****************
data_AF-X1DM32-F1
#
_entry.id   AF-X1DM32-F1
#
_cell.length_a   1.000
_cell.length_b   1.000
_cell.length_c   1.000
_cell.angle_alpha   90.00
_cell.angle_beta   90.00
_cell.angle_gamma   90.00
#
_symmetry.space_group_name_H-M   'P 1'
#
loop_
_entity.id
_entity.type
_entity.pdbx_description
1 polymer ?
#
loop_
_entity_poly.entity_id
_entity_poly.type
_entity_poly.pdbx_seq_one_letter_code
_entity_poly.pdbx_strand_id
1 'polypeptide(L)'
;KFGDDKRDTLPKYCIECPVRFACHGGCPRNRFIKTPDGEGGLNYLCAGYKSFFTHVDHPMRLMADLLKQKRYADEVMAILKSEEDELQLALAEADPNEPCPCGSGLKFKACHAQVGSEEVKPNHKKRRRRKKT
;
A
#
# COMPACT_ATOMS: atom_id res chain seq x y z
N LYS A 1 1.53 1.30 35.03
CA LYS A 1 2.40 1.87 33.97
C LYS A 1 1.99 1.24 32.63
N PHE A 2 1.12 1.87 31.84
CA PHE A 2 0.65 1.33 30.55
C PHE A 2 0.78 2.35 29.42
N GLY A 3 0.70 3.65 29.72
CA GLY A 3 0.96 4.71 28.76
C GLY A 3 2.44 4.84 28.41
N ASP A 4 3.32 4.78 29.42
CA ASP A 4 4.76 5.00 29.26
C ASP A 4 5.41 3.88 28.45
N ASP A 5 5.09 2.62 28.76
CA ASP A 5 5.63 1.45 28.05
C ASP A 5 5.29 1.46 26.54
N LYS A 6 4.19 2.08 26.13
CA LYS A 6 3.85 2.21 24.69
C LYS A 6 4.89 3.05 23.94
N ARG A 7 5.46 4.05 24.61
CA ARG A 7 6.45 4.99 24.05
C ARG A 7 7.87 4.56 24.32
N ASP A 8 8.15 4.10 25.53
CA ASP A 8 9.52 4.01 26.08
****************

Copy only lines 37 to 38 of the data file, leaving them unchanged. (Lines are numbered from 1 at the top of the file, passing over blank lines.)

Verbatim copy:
N GLY A 3 0.70 3.65 29.72
CA GLY A 3 0.96 4.71 28.76